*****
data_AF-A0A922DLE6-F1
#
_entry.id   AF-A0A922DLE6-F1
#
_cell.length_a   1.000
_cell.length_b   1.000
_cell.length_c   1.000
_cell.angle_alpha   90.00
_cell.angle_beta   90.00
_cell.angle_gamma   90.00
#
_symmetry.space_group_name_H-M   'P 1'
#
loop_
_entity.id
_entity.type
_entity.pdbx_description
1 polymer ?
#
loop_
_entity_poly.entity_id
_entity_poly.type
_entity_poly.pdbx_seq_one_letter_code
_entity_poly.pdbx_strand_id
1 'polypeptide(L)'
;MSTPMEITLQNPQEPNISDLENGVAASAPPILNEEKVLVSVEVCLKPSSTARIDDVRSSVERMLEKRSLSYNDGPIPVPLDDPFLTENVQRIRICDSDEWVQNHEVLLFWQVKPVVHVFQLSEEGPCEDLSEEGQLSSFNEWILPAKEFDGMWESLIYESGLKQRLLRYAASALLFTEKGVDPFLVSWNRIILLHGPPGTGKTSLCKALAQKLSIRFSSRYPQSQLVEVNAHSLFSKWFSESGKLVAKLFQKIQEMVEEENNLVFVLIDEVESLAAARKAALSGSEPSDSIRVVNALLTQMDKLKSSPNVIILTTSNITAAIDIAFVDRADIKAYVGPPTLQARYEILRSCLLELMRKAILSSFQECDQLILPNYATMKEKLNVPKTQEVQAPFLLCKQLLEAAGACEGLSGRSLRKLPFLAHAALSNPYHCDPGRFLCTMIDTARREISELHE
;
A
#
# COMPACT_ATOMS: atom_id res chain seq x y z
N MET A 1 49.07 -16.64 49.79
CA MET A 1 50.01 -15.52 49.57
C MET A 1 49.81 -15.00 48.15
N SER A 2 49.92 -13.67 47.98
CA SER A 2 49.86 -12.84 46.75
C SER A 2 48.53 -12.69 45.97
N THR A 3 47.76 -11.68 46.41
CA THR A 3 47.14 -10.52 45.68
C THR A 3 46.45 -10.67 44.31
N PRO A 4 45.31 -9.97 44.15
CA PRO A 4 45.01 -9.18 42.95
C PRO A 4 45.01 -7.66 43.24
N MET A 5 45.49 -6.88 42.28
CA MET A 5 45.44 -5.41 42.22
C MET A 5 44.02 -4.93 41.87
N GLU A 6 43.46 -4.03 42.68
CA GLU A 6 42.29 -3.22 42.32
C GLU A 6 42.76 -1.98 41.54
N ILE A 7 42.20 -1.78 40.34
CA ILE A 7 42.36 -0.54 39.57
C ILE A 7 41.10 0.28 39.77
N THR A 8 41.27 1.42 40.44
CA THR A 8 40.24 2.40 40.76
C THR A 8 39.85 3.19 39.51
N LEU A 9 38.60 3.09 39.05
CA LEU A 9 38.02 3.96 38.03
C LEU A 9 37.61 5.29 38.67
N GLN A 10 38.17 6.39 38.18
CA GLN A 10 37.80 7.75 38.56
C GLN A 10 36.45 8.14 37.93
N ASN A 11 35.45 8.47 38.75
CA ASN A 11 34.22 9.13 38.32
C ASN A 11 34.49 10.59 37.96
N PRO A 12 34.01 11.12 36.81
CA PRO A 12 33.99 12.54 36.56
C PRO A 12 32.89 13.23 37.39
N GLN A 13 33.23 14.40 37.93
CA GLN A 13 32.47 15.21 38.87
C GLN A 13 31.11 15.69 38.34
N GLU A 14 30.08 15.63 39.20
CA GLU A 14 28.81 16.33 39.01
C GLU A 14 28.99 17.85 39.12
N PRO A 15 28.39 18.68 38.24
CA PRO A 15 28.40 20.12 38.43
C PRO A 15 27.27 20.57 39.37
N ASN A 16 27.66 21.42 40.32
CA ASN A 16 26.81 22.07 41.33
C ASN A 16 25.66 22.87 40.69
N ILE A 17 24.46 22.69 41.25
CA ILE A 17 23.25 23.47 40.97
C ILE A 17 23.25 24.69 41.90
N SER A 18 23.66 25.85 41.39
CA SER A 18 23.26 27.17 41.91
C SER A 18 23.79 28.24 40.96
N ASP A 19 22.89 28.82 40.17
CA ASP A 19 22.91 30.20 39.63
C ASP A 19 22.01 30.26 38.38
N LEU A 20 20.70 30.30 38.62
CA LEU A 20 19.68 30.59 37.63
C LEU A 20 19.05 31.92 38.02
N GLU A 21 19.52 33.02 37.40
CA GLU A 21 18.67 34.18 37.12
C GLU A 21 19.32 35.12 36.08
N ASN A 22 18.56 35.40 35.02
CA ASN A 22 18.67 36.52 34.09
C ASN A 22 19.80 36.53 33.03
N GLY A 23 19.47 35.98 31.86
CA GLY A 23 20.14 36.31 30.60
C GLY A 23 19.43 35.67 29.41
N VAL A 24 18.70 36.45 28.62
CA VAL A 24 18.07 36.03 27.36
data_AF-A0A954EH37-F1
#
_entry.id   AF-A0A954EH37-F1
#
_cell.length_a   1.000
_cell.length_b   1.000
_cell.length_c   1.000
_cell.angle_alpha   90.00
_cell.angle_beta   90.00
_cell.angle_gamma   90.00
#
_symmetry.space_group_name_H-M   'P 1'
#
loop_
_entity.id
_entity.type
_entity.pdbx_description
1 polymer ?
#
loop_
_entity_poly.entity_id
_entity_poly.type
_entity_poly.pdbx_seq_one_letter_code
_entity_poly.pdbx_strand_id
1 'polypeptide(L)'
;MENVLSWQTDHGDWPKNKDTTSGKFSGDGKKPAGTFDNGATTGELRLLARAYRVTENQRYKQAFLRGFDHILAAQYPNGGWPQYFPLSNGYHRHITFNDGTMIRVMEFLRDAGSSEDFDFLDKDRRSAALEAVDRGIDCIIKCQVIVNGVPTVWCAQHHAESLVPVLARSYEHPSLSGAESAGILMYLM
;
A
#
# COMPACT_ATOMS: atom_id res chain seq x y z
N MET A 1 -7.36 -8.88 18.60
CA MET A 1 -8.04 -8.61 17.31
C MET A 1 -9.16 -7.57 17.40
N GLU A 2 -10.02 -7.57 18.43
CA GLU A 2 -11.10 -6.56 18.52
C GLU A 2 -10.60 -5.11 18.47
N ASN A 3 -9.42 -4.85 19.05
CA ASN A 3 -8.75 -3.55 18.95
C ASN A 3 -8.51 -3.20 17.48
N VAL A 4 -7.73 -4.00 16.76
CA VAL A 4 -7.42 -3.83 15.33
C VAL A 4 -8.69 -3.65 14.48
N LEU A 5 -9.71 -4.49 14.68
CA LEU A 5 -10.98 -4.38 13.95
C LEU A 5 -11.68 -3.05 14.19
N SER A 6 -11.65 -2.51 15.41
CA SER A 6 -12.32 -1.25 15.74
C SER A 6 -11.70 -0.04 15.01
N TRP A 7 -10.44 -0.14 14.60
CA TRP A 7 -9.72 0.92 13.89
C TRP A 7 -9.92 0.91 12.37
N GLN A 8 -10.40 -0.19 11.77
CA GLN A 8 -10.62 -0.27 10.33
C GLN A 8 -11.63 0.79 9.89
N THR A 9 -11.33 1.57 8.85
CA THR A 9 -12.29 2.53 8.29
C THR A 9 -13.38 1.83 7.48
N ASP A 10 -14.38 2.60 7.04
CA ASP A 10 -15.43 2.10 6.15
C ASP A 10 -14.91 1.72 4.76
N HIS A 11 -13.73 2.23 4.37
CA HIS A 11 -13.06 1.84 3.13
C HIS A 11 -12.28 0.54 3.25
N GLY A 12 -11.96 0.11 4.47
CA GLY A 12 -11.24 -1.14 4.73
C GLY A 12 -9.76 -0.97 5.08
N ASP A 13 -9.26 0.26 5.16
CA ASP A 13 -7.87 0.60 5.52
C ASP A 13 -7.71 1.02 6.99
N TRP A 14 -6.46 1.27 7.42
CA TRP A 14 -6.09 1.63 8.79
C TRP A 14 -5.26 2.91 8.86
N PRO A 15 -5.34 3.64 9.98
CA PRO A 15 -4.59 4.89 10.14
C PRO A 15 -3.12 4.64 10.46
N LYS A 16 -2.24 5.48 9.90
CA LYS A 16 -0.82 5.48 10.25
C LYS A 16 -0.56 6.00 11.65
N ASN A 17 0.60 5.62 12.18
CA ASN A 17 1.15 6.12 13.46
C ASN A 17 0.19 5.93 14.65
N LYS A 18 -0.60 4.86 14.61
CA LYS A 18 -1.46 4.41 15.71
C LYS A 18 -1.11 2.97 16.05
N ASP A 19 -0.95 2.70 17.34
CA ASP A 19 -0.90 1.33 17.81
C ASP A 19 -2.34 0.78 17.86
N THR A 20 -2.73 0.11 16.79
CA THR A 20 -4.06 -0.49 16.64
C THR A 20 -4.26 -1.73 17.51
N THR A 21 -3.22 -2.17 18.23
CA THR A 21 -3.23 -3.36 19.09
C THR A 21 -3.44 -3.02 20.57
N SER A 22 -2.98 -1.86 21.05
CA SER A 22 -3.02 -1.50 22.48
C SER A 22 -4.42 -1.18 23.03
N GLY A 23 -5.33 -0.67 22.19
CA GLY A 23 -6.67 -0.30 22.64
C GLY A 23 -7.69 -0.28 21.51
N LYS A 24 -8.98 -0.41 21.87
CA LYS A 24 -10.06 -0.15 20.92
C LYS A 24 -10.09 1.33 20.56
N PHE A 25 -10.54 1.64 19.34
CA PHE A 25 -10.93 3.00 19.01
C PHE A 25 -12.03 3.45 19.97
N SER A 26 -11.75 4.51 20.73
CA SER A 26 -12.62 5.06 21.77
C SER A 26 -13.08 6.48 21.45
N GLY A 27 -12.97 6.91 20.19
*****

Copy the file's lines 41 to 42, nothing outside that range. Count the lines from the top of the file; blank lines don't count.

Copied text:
CA PRO A 4 45.01 -9.18 42.95
C PRO A 4 45.01 -7.66 43.24